IN THE CIRCUIT COURT FOR TABER deceased, whose date of Contraband Forfeiture Act, Sec-'
SARASOTA COUNTY, death was July 30, 2007, Fle tons 932.701-707, Florida
FLORIDA Number 2007-CP-10032-NC, is Statutes.
PROBATE DIVISION pending in the Circuit Court for
SARASOTA County, Florida, Pro- KURT A. HOFFMAN, ESQUIRE'
IN RE: ESTATE OF bate Division, the address of which General Counsel
DIANE J. BOWUN, is 4000 South Tamiaml Trail, Sarasota County
Deceased. Venice, FL 34293. The names Sheriffs Office
and addresses of the personal rep- Post Office Box 4115
File No: 2007-CP-8672-NCresentative and the personal repre- Sarasota, Florida 34230,
Division: Probate sentative's attorney are set forth Telephone (941) 861-4059
below. (941)861-5800
NOTICE TO CREDITORS (941) 8615800
The administration of the estate of All creditors of the decedent and PUBUSH:
DIANE J. BOWLIN, deceased, other persons having claims or SEPTEMBER12, 2007
whose date of death was June 11, demands against decedent's estate SEPTEMBER 19,2007
2007, and whose social security on whom a copy of this notice is
number is xs is pending required to be served must file their NOTICE OF FORFEITURE
in the Circuit Court for SARASOTA claims with this court WITHIN THE PROCEEDINGS
County, Florida, Probate Division; LATER OF 3 MONTHS AFTER
the address of which is P.O. Box THE TIME OF THE FIRST PUBI-UTO: All Persons or entities having
3079, Sarasota, FL 34230. The CATION OF THIS NOTICE OR 30 or claiming to have any right, ie
names and addresses of the per- DAYS AFTER THE DATE OF SER- 0or cimeins the following property:
sonal representative and the per- VICE OF A COPY OF THIS itr te l g
sonal representative's attorney are NOTICE ON THEM. One 1999 Ford
set forth below. VIN# 1FTNW2,L7XEC72648
All creditors of the decedent and All other creditors of the decedent VIN# 1FTNW20L7XEC72648
other persons, having claims or and other persons having claims or YOU ARE HEREBY NOTIFIED that
demands against decedent's estate demands against decedent's estate the Sarasota County Sheriff's
on whom a copy of this notice is must file their claims with this court Office seized the described proper-
required to be served must tile their WITHIN 3 MONTHS AFTER THE ty on JULY 27, 2007 in Sarasota
claims with this court WITHIN THE DATE OF THE FIRST PUBLICA- County, Florida. A forfeiture cor-
LATER OF THREE (3) MONTHS TION OF THIS NOTICE. t hi th Ciri
AFTER THE TIME OF THE FI RST N OF plaint has been filed in the Circuit
PUBLICAR TION OF THIS NOTICE court TwelfthJudicial Circuit, in and
PUBLICATION OF THIS NOTICE ALL CLAIMS NOT FILED WITHIN for Sarasota County, Florida, being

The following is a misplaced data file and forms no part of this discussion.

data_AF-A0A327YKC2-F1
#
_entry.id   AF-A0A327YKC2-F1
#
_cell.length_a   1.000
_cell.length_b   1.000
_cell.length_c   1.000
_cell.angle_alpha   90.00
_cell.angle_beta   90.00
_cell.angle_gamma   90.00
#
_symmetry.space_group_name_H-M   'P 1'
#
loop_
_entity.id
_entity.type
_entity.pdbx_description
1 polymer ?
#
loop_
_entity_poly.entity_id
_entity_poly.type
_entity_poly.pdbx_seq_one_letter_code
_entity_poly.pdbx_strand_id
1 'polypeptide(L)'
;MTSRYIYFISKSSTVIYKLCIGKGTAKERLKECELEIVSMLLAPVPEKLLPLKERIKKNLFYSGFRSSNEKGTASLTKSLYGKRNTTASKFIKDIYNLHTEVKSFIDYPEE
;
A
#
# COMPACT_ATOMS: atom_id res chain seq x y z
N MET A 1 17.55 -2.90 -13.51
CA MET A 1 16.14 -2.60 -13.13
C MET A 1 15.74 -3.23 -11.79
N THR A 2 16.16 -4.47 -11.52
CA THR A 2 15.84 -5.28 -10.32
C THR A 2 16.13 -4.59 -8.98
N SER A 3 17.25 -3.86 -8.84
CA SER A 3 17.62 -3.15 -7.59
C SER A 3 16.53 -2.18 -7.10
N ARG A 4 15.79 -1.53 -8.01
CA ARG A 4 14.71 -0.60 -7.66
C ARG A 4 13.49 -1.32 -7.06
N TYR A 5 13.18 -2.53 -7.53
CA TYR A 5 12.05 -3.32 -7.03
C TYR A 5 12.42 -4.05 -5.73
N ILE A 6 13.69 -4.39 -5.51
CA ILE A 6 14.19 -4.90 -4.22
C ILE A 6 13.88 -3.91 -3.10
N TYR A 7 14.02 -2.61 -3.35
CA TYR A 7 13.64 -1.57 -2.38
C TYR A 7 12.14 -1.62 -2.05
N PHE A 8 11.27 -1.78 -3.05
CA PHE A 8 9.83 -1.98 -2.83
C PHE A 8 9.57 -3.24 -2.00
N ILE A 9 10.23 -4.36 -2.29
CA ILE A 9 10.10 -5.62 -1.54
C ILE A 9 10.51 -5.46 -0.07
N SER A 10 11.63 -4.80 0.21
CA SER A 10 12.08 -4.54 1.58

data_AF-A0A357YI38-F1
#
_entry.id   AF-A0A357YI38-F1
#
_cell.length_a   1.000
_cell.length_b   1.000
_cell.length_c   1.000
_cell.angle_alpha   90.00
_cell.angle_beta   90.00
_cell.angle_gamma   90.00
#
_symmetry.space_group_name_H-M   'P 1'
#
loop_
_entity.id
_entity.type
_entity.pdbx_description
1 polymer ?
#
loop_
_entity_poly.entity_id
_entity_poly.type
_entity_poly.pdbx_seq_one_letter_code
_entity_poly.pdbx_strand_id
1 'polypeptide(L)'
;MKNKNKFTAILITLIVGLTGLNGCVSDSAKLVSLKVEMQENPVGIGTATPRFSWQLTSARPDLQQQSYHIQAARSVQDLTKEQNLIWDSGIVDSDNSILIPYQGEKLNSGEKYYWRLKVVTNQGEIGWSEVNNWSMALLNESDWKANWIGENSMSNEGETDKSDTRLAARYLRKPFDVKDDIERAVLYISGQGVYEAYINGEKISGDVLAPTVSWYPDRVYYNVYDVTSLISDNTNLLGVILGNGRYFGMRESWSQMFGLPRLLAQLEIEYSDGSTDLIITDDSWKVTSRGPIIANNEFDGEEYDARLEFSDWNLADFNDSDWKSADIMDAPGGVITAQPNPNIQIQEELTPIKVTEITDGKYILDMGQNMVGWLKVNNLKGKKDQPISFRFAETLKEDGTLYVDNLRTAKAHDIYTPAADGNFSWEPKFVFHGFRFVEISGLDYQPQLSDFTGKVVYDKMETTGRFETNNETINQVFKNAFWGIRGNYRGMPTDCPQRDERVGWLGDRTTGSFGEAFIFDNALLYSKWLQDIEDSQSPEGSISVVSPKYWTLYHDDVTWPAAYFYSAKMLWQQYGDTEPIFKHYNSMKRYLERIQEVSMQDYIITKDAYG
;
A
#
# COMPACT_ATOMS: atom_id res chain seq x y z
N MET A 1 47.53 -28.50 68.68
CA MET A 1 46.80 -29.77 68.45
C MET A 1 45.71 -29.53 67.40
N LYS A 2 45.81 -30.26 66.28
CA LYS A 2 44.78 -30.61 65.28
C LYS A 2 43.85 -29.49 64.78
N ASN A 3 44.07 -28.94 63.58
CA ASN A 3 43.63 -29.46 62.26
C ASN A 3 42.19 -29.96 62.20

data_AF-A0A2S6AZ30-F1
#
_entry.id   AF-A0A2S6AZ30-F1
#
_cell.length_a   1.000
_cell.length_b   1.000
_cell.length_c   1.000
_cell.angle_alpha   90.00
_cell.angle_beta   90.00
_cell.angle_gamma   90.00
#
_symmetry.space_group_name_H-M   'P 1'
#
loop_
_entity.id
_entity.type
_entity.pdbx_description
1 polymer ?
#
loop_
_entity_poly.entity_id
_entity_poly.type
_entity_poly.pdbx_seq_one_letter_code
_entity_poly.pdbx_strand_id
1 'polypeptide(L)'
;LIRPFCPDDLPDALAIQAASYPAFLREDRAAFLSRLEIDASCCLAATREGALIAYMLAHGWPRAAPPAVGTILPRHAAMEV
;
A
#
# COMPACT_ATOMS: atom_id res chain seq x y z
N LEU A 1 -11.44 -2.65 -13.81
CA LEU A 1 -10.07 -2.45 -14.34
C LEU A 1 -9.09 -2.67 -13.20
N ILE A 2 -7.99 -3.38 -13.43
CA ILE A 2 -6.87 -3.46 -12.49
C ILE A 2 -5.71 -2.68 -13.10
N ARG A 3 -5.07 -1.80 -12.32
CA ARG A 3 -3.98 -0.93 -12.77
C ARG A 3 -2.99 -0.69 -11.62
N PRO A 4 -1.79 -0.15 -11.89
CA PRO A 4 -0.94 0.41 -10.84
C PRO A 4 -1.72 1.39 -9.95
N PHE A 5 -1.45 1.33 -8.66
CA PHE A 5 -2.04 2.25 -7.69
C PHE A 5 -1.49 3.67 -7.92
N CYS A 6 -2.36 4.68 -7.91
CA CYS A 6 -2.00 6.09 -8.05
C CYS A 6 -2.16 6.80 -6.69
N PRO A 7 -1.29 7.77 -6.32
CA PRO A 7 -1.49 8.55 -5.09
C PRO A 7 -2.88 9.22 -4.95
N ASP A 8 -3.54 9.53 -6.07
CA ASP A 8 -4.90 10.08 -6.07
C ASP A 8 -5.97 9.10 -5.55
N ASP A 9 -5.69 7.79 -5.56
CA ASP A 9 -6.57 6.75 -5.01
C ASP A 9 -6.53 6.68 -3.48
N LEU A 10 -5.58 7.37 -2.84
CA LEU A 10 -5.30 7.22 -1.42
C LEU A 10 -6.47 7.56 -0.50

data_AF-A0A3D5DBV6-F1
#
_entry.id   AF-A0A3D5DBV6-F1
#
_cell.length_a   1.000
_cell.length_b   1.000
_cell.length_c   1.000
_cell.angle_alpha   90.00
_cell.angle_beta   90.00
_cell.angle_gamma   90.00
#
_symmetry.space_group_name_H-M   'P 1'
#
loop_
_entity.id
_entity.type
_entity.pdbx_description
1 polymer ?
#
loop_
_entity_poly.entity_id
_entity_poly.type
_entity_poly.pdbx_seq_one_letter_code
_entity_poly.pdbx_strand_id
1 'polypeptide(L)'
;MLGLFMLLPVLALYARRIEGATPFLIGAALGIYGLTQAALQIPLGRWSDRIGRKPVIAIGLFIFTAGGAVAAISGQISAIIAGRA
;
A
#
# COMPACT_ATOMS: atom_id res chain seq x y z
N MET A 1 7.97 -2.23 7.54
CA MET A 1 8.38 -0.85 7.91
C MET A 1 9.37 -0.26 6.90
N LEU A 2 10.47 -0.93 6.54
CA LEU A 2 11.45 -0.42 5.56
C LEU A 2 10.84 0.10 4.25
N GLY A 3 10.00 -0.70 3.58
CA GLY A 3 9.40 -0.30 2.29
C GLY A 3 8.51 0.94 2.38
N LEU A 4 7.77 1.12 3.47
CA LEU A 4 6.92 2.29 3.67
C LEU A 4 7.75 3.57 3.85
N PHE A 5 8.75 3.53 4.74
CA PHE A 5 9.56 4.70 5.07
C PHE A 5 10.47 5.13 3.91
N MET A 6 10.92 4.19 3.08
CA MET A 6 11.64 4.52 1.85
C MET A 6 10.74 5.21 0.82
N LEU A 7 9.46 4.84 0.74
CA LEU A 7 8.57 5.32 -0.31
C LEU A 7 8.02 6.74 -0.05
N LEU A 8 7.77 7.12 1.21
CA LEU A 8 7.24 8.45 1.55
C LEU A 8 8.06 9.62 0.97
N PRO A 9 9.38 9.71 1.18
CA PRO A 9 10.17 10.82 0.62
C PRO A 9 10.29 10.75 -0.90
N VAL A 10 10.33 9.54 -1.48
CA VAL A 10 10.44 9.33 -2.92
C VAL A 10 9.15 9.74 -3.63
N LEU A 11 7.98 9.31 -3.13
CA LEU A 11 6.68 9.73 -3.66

OR THIRTY (30) DAYS AFTER THE TIME PERIODS SET FORTH Case CA NC
THE DATE OF SERVICE OF A IN SECTION 733.702 OF THE for the purpose of obtaining a final
COPY OF THIS NOTICE ON FLORIDA PROBATE CODE WILL order of forfeiture as to the above







TEMBER.12,2007. uBE F B
All other creditors of the decedent FOREVER BARRED described property upon producing
Alte t rsth due proof that same was used in
and other persons having claims or NOTWITHSTANDING THE TIME violation of Florida laws dealing with
demands against the decedent's PERIODS SET FORTH ABOVE, contraband, pursuant to the Florida
estate must file their claims with ANY CLAIM FILED TWO (2) Contraband Forfeiture Act, Sec-
this court WITHIN THREE (3) YEARS OR MORE AFTER THE tions 932.701-707, Florida
MONTHS AFTER THE DATE OF DECEDENT'S DATE OF DEATH Statutes.
THE FIRST PUBLICATION OF IS BARRED.
THIS NOTICE.
ALL CLAIMS NOT SO FILED The date of first publication of this General Counsel
WITHIN THE TIME PERIODS SET Notice is September 12, 20071-207-1206
FORTH IN SECTION 733.702 OF Sarasota County
THE FLORIDA PROBATE CODE Sheriffs Office
Personal Representative: Post Office Box 4115
WILL BE FOREVER BARRED. JOHN MICHAEL HOLMES Sarasota, Florida 34230
NOTWITHSTANDING THE TIME 7922 Wyndham Court Telephone (941) 861-4059
PERIODS SET FORTH ABOVE, University Park, Rorida 34201
ANY CLAIMS FILED TWO (2)Vk941) 861.5800
YEARS OR MORE AFTER THE Attorney for Personal
DECEDENTS DATE OF DEATH Representative:PUM
IS BARRED. SEPMIEMit 19,12007
THE DATE OF FIRST PUBLIC. Florida Bar No. 119350
TION OF THIS NOTICE IS SEP. 4140 Woodmere Park Boulevard
TEMBER 12, 2007. Suite 4
Venice, Florida 34293 TOADVERWE YOUR
Personal Representative: Telephone: (941) 408-8555 LEGAL NOICE, CALL
NORTHERN TRUST, N.A. CAOL
1515 Ringling Blvd PUB September 12.19, (941)-207-1206
Sarasota, FL 34236 2667 d@' -1 a


Attorneys for Personal


LEGAL NOTICES


Women's Sertoma Club of Venice
Presents


2007



SUN FIESTA

Wanted: Arts & Crafts Vendors
A show opportunity on Venice Avenue

Friday, October 19th 5pm-9:00pm
Saturday, October 20th 10:00am-10:00pm
Sunday, October 21st 1 Oam-6pm

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OBITUARIES


SUN NEWSPAPERS 9A


Mary J. Becker
Mary J. Becker, age 76, of
Venice, Fla., passed away on
Sunday, Sept. 16, 2007.
She was born on Feb. 2,
1931, in Brooklyn, N.Y., and
moved to Venice from there.
She was a medical transcrip-